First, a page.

Missouri University Payton Head felt hurt that people hurled racial insults. Additionally, Mizzou black students attempted to crucify a professor for being insensitive when he scheduled a test. One twitter user JJ not Jay-Jay, stated he was offended the teacher asked his students not to give in to bullies.
To all who stayed away from campus out fear, I understand your fear and I feel your pain.
Many will argue I couldn’t possibly feel the presence of racism or the fear of death like a black man. I counter, “Why not?” Technically speaking, I can’t feel anyone’s personal experience from racism’s spear. But neither would that same black man or woman completely understand the racism I’ve received either.
Regardless of race, racism itself isn’t completely unique. At it’s core, racism has a strange common bond for many of us.
My viewpoints aren’t developed from entitled white privilege. I understand everyone is trying hard to make all black lives matter. But having been sexually abused as a child, beaten by a gang of school yard bullies on a regular basis, told my life was worthless and that I would be worthless, I determined my life mattered.
Think I’m over the top, hear me out.
Do you think I don’t fear death when I get on a plan and head to the Middle East, solely for the purpose of helping them with healthcare? I am constantly aware of bombs, kidnappings, mysterious deaths, beheadings, beatings, arrests and so on. Like many others are targeted because of race, I’m targeted simply because of my nationality and race.
Don’t believe for a minute I haven’t felt a sense of fear in poverty stricken areas of Africa, where black racists followed me and a colleague. Why? Because of my race and nationality considers us an easy mark.
Then there’s the homeless of East Los Angeles, with whom I’ve had to set aside delusion, shame, direct cursing, spitting, hitting, and attempted assaults. I’ve navigated “white-out” and “black-out” rooms during healthcare clinics and enrollment; derogatory insults in Asia, Mexico, India, South America and America; was accused of being a spy in Asian; constantly watched my surroundings in the Middle East, Asia, Philippines; experienced resentment in Africa; dodged gangs in Chicago, Seattle, Los Angeles, Saint Louis, New York City, Boston, Denver; evaded drug gangs in Mexico and South America; had personal body guards in Venezuela; was abandoned by interpreters deep in southern Chile; was forced at gunpoint, by the Brazilian military to pay a bribe; been stripped searched by authorities in Argentina; was sexually harassed in Saint Louis, Missouri; received multiple death threats in Atlanta and Los Angeles.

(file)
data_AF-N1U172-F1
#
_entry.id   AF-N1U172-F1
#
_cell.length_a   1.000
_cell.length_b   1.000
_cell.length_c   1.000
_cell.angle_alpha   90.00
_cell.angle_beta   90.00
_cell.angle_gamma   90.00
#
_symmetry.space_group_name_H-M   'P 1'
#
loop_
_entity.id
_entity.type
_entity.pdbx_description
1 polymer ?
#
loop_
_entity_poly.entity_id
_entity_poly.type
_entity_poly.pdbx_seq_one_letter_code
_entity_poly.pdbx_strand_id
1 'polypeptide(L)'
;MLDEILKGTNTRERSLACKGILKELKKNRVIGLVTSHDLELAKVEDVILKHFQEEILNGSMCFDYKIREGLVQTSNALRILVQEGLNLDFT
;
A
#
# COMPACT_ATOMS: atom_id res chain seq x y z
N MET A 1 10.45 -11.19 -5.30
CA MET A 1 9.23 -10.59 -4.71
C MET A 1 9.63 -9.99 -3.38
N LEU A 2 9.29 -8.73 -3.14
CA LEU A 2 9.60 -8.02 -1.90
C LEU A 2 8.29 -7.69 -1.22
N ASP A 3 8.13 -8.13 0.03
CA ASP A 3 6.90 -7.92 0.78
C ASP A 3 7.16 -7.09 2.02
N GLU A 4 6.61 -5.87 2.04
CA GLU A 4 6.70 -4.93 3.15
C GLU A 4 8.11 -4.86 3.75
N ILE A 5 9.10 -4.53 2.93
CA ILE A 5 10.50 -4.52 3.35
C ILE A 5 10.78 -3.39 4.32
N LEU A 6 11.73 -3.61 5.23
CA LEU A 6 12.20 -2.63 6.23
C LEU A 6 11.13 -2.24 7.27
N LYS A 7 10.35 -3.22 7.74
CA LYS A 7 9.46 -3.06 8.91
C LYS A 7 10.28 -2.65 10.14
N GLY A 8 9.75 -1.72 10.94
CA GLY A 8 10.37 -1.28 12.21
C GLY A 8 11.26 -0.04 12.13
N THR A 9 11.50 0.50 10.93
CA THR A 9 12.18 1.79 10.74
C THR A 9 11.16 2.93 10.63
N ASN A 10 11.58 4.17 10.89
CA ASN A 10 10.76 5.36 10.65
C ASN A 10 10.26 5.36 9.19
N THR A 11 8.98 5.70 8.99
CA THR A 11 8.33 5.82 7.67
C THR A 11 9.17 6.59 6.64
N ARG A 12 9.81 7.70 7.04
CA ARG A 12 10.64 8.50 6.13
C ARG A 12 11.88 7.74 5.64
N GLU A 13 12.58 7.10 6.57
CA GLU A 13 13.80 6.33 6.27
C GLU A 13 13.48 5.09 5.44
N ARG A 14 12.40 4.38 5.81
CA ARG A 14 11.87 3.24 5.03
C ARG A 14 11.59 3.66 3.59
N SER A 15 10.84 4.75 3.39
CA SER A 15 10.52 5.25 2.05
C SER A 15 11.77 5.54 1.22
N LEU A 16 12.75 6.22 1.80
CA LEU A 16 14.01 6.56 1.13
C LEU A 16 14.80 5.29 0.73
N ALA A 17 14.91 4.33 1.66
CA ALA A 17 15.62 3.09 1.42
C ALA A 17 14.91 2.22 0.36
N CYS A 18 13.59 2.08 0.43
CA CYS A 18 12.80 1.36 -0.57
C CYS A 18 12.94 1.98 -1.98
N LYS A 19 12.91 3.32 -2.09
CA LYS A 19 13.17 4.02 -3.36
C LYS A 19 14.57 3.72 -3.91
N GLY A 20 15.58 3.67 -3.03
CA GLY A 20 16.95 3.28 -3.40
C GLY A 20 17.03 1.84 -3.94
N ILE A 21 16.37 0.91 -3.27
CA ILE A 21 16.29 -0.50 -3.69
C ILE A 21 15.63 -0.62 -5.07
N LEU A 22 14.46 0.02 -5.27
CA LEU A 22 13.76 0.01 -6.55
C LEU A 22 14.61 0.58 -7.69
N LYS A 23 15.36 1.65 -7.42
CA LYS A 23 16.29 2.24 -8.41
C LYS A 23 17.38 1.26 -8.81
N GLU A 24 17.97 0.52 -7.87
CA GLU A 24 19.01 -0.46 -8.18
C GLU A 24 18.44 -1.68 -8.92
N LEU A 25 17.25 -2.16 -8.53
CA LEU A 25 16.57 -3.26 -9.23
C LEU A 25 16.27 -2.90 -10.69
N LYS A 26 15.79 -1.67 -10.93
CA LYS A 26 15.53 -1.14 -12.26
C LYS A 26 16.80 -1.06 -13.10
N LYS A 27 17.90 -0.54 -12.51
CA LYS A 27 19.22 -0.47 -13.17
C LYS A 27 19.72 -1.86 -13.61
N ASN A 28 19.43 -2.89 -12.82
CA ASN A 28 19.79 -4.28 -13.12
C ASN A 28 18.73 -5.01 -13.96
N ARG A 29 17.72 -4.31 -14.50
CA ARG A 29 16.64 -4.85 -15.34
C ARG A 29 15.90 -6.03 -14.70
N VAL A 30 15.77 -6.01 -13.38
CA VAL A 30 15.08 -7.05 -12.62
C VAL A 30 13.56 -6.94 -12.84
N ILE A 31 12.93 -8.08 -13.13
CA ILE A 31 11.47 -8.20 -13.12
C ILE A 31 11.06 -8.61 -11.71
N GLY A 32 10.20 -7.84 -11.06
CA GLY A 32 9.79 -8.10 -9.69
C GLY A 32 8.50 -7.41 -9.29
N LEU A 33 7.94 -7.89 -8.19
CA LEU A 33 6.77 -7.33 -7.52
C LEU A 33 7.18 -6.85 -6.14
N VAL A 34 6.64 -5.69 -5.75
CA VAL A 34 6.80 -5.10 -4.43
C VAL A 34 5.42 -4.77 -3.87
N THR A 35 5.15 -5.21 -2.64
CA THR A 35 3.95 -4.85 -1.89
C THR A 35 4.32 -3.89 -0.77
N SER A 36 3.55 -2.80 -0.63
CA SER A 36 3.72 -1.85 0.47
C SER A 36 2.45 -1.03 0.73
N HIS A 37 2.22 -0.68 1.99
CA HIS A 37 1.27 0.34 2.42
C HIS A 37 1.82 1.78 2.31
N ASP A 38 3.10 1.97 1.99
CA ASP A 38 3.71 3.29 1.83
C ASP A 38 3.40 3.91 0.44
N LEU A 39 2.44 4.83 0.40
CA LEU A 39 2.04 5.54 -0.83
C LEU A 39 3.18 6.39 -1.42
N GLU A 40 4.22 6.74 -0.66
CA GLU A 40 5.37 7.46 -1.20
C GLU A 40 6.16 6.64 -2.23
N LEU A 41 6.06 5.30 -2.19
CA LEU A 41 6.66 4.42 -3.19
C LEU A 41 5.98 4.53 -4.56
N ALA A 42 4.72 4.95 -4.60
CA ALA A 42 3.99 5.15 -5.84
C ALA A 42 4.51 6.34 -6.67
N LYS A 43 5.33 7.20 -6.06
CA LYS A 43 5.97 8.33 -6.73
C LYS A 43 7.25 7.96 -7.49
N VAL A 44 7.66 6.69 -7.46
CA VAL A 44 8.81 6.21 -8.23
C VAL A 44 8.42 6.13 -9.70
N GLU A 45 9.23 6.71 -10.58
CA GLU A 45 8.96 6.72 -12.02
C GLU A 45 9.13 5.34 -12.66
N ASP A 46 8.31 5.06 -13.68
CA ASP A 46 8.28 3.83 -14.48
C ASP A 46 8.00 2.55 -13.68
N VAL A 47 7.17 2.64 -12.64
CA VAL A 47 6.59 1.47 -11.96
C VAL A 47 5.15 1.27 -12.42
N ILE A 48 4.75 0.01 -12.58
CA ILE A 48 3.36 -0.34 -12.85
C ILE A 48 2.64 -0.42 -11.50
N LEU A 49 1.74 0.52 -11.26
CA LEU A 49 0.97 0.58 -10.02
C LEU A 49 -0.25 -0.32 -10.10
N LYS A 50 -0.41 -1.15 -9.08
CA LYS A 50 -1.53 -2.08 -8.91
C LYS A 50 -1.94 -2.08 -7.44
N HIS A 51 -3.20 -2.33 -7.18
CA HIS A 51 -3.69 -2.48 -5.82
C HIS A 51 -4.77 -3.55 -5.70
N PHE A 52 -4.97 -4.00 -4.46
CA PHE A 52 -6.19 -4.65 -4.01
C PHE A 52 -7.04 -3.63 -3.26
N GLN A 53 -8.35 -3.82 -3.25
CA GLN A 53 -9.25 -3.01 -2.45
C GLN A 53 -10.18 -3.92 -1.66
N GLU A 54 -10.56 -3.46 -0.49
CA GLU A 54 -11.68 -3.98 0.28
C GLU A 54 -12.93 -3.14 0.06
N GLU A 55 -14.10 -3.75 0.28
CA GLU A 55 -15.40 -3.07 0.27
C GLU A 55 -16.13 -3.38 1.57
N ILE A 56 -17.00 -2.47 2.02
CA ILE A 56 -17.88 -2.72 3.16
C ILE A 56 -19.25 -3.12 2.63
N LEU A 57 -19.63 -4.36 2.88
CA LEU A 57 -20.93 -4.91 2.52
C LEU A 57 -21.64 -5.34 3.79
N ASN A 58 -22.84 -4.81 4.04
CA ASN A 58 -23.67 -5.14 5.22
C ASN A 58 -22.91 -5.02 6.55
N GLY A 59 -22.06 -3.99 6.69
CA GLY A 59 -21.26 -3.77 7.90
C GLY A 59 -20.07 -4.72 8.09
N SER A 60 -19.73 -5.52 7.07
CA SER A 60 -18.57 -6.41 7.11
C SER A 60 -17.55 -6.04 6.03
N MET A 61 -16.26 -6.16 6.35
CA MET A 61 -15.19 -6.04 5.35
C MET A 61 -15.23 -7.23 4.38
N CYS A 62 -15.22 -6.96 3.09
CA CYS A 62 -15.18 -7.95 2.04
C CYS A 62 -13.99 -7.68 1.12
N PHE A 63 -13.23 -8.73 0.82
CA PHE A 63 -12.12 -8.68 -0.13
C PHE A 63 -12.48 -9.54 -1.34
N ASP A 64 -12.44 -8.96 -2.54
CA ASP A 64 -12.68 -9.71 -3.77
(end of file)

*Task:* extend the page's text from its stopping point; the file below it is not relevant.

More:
“But wait,” one might say, “you have clarify! I mean what about those insults?”
Well let’s discuss insults. I have a lengthy list. Over the past thirty years I’ve been called 8 Mile, Abe Lincoln, Charlie, Albino, Salt and Pepper (when I was with a black female friend for dinner), Anglo (by several Mexicans), Bacon Bit, Bai-Tou (Chinese for white head), Sai-Tou (shit head in China), Bak-Guiy (white ghost), Beach-Nigger (when I got too much sun tan), Bean Dipper (when I went for drinks with a Latino woman), Bird Shit, Bleach Boy, Brady (demeaning word for Brady Bunch), Bubba, Casper, Clampett (from Beverly Hillbillys), Cock (short for Caucasian), Cornfed (meaning I was too fat), Crisco (i.e., the white grease), Ditchpig (because I worked cleaning side-street ditches during college one summer), Gabacho, Goober (by Black NYC Racists just a few months ago), Gusak (by Alaskan racists), Hillbilly, Honky, HP (human parasite), Lo-wai (outsider), MacLord (simply because I use a MacBook), Milkhead, Mouse (used by Black racists as I walked in NY City), Nightlite (used by black racists in Africa, meaning I could be seen in the dark), Redneck, Cracker, Ritz Cracker (because they thought I was rich), Saltine, Skinhead (because being bald obviously means I’m a racist skinhead), Tornado Bait (white trash that gets hit by tornado – they seemed to think that since I help restore medical services in disaster areas, I somehow deserve this name), Triscut (a cracker, but worse than white trash), Wasian (because I lived in Japan helping the Japanese, local racists thought I was fascinated with the Japanese culture), White Out (Meaning no whites – used in NYC when I went to a meeting to hear how I could assist with healthcare), YT (sent via a post-it note during an audit, means Whitey).
Oh yeah, I’m white. Still think I’m privileged?
So why do I do it? What motivated me get up and go to school, earn a degree and work? Turns out, my love for people and my passion to help others is far more powerful than the fear from some dipstick hurling insults from the back of a pickup truck. My soul’s inner core is more resilient, has more wisdom and more strength than the stupidity we reduce ourselves.
I never went on a hunger strike, protested in some lobby, interrupted town hall meetings or screamed demands. Change did not come by demanding some other person do something. I became the one I had been waiting for. I was the change I sought. I went to work, served people, built relationships and changed small snippets of the world through one act of kindness after another.
You need to do the same.